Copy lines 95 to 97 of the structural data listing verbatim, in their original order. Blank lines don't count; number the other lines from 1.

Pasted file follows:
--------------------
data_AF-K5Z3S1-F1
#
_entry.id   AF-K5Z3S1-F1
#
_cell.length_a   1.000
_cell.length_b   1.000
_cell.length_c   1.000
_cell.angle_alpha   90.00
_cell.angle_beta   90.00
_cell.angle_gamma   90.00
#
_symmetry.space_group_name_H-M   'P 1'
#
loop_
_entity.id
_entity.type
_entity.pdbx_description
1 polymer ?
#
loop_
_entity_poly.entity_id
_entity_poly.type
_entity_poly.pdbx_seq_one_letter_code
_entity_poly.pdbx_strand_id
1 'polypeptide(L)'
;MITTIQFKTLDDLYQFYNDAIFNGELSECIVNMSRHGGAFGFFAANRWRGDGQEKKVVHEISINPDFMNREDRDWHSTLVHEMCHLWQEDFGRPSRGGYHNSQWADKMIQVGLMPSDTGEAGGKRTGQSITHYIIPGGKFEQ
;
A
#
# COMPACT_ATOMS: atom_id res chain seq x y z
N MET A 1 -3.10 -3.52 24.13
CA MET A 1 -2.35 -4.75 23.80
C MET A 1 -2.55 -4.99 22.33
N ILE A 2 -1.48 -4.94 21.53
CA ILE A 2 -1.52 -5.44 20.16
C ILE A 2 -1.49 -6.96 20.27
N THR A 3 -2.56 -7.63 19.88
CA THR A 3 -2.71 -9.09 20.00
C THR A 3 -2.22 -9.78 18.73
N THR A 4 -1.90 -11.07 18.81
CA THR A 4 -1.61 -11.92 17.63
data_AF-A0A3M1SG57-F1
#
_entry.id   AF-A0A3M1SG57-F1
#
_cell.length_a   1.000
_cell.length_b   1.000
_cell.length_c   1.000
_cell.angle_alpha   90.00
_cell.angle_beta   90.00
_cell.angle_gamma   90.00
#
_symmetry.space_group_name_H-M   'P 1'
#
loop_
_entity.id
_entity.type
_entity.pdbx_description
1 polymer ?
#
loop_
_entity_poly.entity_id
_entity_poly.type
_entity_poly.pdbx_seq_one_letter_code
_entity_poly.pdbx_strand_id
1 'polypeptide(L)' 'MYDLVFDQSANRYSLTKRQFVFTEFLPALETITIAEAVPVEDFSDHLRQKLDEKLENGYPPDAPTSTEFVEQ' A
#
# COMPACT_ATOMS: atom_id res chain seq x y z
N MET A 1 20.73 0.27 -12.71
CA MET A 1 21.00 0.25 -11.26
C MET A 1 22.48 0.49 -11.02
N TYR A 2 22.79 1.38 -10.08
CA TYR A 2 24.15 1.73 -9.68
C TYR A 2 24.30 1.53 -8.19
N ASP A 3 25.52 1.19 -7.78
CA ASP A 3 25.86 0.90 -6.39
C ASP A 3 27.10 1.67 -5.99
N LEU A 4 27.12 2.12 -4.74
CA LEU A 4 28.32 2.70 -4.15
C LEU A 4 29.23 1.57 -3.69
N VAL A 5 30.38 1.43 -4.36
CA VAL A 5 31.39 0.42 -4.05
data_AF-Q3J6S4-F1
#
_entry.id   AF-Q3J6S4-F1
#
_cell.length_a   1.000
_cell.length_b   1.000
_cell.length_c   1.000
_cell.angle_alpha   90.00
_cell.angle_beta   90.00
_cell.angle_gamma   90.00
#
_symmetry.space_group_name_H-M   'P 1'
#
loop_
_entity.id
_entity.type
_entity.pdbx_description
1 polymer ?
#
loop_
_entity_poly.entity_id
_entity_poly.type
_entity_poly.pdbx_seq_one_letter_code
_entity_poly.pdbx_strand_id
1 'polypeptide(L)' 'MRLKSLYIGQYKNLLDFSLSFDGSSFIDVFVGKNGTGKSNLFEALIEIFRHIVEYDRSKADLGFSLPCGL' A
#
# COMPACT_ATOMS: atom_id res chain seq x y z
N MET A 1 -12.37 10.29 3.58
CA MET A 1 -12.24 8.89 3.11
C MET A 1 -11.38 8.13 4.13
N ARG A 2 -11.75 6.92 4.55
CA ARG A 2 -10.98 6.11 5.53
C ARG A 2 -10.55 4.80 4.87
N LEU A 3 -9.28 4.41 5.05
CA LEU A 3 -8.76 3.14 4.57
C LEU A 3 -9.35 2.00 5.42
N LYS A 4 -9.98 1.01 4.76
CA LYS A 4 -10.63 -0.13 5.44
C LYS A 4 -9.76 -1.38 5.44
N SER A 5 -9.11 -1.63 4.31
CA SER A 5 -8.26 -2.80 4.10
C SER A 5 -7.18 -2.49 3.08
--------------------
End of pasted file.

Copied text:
#
loop_
_entity.id